Clinical presentation

The clinical presentation was known for 1 519 cases (54% of all cases) reported in 2014. Of these cases, septicaemia was reported in 764 cases (50%), pneumonia in 444 (29%) and meningitis in 161 (11%). Seventeen cases presented with both septicaemia and meningitis. Three cases of epiglottitis, six cases of cellulitis, and eight cases of septic arthritis/osteomyelitis were reported. For 116 cases, the clinical presentation was reported as ‘other’. Septicaemia was the most common clinical presentation across age groups and serotypes.

Outcome

The outcome was known for 1 445 cases, 52% of all cases. There were 107 fatal cases reported, a case fatality of 7%, considering only cases with known outcome. Case fatality was highest among cases of serotype e (13%, n=4/31), followed by non-capsulated strains (8%, n=67/823), serotype b (7%, n=3/44) and serotype f (5%, n=5/100). Eighty percent of deaths occurred in persons aged ≥45 years, and 65% in those ≥65 years.

Discussion

In EU/EEA countries, cases of invasive H. influenzae disease are rare with the greatest burden in infants and the elderly, the majority caused by infection with a non-capsulated strain. As in previous years, the disease was most commonly reported in the north of Europe. This observation is possibly due to better case ascertainment and the implementation of enhanced surveillance systems. The results should be interpreted with caution because the completeness of data for some variables, such as clinical presentation and outcome, was low. In addition, there is currently no common definition of fatal outcome due to invasive H. influenzae disease in Europe.

All EU/EEA Member States have made serotype b vaccination part of their routine child immunisation schedule, and the sustained low number of serotype b cases reported highlights the success of this intervention. Indeed, serotype f is now the most common capsulated serotype observed in Europe and accounts for 9% of all cases. Before the introduction of serotype b vaccination, invasive H. influenzae disease was predominantly caused by serotype b infections in healthy young children [1]. The majority of serotype b cases were observed in ≥25 year olds, an expected shift in the age distribution, considering the impact of routine serotype b vaccination [2-5].

In the pre-vaccine era, non-capsulated H. influenzae was not a known common cause of invasive infection, however it is now the leading cause of invasive H. influenzae disease in all age groups, particularly among groups who are more susceptible to infection, e.g. neonates, the elderly, and immunocompromised persons [6-8]. The number of non-capsulated cases reported has steadily increased over the past five years, although many potential explanations exist for this increase, such as increasing survival rates among persons more susceptible to infection, the increased use of immunosuppressive therapy [8], and changes in data reporting or laboratory practices [9].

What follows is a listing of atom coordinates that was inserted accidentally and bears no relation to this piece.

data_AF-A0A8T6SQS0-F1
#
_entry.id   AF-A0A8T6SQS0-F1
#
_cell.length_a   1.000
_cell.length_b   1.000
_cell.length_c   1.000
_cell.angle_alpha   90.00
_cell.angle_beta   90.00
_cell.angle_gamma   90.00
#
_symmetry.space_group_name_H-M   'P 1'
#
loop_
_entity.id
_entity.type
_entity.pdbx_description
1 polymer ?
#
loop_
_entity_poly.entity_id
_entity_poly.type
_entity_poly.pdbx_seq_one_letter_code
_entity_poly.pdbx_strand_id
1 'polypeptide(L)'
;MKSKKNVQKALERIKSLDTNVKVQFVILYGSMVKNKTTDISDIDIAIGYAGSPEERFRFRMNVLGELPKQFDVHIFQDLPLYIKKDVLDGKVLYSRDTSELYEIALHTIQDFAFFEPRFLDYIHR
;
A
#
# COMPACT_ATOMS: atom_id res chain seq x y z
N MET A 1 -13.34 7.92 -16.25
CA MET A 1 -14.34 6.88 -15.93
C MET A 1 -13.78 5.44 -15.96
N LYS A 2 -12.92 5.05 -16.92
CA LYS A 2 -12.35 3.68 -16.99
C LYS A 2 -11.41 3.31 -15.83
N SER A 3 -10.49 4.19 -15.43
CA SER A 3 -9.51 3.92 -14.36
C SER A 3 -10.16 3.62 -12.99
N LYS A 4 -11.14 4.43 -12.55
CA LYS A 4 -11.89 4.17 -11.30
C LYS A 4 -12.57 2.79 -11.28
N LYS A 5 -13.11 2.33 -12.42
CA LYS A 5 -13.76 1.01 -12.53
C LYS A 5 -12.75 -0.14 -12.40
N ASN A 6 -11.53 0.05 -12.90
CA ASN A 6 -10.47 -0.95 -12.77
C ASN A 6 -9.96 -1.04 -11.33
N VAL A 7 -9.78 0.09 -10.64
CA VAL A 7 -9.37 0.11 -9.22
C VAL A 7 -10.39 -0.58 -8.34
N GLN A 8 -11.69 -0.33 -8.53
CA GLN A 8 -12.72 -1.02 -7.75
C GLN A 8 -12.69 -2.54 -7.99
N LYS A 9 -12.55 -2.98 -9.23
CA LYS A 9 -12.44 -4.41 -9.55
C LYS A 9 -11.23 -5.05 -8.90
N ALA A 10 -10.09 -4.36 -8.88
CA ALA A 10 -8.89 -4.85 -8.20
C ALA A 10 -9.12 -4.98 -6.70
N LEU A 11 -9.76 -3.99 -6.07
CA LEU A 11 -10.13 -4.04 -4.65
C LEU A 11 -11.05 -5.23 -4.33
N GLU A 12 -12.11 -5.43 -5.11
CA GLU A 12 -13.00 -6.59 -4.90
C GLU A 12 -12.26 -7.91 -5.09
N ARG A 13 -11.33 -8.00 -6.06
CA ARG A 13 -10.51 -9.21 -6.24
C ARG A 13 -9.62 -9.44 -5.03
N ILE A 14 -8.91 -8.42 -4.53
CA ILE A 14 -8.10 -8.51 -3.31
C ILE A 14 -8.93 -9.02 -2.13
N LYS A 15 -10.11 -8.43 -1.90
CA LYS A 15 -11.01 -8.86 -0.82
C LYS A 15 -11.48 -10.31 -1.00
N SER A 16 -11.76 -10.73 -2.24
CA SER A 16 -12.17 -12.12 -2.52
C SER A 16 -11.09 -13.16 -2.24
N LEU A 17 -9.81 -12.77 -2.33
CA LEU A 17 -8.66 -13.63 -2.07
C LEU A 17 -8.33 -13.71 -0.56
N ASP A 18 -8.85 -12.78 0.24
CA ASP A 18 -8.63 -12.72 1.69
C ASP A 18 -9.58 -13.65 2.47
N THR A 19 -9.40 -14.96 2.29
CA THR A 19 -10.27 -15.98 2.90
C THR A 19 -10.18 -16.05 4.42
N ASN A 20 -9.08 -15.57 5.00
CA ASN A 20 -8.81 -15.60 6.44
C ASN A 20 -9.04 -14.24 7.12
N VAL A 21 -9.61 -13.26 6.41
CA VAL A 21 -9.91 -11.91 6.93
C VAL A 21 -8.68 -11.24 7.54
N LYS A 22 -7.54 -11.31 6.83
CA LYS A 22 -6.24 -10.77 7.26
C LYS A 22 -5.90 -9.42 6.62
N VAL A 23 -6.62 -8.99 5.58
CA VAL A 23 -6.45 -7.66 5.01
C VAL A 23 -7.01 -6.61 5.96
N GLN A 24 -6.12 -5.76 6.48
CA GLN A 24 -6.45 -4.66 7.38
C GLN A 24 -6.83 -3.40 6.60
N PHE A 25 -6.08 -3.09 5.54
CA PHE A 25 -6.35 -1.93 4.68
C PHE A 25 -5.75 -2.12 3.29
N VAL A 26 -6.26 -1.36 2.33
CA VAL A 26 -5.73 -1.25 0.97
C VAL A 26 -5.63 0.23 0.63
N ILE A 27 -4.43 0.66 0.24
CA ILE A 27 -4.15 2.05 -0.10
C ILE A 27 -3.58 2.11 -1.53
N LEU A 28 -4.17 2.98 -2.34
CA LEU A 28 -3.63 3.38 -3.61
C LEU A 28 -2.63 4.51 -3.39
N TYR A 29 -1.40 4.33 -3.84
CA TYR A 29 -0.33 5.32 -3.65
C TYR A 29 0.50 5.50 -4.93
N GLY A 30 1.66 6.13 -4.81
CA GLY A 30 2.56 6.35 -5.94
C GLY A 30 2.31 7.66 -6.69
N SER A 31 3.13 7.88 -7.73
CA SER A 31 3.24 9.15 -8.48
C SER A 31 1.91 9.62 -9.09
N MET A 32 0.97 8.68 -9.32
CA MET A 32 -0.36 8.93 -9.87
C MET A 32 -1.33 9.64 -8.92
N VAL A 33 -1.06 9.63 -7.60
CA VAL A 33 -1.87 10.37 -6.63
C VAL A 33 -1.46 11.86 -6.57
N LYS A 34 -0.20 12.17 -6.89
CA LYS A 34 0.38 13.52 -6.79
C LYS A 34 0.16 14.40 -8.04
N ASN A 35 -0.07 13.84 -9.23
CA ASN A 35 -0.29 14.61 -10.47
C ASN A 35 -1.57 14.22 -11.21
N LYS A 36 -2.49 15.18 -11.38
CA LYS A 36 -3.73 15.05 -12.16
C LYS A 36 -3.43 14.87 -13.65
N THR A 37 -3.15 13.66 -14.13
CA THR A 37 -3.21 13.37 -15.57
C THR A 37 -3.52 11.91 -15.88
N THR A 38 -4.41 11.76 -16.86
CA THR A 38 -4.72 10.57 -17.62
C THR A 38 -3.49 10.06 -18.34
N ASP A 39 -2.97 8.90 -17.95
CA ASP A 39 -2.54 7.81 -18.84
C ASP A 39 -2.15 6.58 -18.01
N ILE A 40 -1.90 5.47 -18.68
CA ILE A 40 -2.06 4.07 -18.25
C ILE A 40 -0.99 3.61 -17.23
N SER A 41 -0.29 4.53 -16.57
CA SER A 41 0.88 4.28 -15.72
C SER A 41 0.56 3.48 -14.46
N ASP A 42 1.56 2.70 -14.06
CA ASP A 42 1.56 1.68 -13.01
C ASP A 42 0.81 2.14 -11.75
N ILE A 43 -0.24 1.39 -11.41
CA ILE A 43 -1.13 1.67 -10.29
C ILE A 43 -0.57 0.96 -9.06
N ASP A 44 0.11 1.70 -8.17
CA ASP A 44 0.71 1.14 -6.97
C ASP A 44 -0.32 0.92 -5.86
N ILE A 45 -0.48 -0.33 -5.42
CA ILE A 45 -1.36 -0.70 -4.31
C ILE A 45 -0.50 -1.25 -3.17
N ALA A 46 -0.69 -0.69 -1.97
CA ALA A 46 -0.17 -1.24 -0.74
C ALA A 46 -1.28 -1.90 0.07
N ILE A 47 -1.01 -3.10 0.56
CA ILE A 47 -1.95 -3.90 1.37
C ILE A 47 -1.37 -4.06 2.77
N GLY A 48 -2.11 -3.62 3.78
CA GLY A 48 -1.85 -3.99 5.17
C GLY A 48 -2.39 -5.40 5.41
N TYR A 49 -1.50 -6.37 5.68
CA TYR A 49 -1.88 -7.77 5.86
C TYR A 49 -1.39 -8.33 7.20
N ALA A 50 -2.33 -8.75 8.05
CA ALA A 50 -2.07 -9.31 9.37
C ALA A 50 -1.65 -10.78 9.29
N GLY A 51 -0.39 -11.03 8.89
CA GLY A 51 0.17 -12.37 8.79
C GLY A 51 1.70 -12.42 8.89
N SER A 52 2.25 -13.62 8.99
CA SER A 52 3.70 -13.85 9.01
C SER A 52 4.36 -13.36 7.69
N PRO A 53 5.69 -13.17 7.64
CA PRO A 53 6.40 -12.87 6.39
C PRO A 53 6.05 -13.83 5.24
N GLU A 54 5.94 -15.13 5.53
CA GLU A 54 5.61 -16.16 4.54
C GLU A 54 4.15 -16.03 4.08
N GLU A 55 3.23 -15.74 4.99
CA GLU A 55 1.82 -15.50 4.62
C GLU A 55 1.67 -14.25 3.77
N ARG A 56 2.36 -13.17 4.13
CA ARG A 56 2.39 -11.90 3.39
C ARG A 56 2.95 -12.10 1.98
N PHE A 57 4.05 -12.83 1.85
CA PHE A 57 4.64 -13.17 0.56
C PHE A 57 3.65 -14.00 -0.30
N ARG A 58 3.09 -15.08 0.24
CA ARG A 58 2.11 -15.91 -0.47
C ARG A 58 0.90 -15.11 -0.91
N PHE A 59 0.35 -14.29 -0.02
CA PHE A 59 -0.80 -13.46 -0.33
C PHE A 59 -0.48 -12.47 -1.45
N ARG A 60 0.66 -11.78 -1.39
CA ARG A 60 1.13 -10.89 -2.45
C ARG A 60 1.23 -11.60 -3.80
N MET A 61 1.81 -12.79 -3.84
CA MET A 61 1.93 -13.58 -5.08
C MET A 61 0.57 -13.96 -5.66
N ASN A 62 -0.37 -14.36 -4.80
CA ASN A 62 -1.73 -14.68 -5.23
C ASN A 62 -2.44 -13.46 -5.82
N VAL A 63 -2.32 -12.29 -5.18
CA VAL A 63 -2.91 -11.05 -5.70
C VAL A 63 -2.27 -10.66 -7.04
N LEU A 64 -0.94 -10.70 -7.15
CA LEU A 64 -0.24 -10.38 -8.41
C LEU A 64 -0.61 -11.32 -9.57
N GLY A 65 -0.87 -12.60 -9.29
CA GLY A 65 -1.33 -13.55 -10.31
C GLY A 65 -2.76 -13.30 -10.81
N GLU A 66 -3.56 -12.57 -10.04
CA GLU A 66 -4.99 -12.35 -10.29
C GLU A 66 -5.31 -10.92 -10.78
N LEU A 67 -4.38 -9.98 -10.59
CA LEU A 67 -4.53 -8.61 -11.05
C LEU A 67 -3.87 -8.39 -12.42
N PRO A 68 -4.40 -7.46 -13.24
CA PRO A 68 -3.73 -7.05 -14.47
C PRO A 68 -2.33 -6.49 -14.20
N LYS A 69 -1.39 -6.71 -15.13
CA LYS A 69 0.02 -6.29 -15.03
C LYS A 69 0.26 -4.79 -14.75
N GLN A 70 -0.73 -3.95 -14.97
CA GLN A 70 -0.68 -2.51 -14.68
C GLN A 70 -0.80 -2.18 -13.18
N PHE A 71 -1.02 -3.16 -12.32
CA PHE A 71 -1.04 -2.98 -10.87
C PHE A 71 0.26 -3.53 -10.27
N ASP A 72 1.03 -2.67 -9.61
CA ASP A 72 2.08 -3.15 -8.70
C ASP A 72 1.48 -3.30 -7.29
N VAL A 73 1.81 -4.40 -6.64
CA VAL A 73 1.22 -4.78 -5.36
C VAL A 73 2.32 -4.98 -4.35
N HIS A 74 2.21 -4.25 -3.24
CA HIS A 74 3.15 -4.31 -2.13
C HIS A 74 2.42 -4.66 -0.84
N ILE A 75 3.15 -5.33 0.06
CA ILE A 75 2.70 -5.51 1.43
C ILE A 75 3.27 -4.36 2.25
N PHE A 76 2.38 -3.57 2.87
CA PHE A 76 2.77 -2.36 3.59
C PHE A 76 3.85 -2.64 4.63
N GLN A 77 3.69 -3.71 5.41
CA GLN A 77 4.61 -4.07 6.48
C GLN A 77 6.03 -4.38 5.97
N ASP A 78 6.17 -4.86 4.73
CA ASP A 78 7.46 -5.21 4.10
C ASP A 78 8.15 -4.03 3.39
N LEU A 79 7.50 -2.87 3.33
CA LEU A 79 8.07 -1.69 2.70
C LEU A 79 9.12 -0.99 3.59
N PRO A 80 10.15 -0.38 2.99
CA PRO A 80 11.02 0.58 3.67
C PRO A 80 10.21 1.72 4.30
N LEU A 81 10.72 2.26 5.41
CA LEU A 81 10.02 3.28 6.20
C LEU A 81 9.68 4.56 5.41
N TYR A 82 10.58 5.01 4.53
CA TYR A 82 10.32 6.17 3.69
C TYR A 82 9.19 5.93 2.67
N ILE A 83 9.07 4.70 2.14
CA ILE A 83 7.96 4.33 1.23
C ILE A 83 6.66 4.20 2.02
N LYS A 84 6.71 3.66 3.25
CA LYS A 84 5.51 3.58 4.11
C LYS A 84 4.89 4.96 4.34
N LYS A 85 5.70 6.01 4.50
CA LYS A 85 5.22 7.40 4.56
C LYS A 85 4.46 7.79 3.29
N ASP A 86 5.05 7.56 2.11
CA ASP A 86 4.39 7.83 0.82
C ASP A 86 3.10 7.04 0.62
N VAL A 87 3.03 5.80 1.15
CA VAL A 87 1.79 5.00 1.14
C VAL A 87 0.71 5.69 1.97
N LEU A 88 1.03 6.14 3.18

Several studies have reported increasing trends in non-capsulated H. influenzae as well as in capsulated serotypes a, e and f, following the introduction of routine Hib vaccination [2, 10-13]. There is, however, still no evidence of serotype replacement in the EU following the introduction of routine Hib vaccination [3, 4, 10, 12, 14-16].

Public health conclusions

The sustained success of serotype b vaccination is clear. Maintaining high vaccination coverage across Europe is therefore essential.

The predominance of cases caused by non-capsulated strains shows the importance of continuous monitoring for all strains, for example by genetic typing of non-capsulated strains. All age groups and clinical presentations should be monitored in order to accurately assess changes in the epidemiology and develop preventative interventions.

References

  1. Peltola H. Haemophilus influenzae type b disease and vaccination in Europe: lessons learned. Pediatr Infect Dis J. 1998 Sep;17(9 Suppl):S126-32.
  2. MacNeil JR, Cohn AC, Farley M, Mair R, Baumbach J, Bennett N, et al. Current epidemiology and trends in invasive Haemophilus influenzae disease – United States, 1989-2008. Clin Infect Dis. 2011 Dec;53(12):1230-6.
  3. Georges S, Lepoutre A, Dabernat H, Levy-Bruhl D. Impact of Haemophilus influenzae type b vaccination on the incidence of invasive Haemophilus influenzae disease in France, 15 years after its introduction. Epidemiol Infect. 2013 Sep;141(9):1787-96.
  4. Giufre M, Cardines R, Caporali MG, Accogli M, D'Ancona F, Cerquetti M. Ten years of Hib vaccination in Italy: prevalence of non-encapsulated Haemophilus influenzae among invasive isolates and the possible impact on antibiotic resistance. Vaccine. 2011;29(22):3857-62.
  5. Kastrin T, Paragi M, Kolman J, Cizman M, Kraigher A, Gubina M, et al. Characterisation of invasive Haemophilus influenzae isolates in Slovenia, 1993-2008. Eur J Clin Microbiol Infect Dis. 2010 Jun;29(6):661-8.
  6. Puig C, Grau I, Marti S, Tubau F, Calatayud L, Pallares R, et al. Clinical and molecular epidemiology of Haemophilus influenzae causing invasive disease in adult patients. PloS one. 2014;9(11):e112711.
  7. van Wessel K, Rodenburg GD, Veenhoven RH, Spanjaard L, van der Ende A, Sanders EA. Nontypeable Haemophilus influenzae invasive disease in the Netherlands: a retrospective surveillance study 2001-2008. Clin Infect Dis. 2011 Jul 1;53(1):e1-7.
  8. Collins S, Vickers A, Ladhani SN, Flynn S, Platt S, Ramsay ME, et al. Clinical and molecular epidemiology of childhood invasive nontypeable Haemophilus influenzae disease in England and Wales. Pediatr Infect Dis J. 2016 Mar;35(3):e76-84.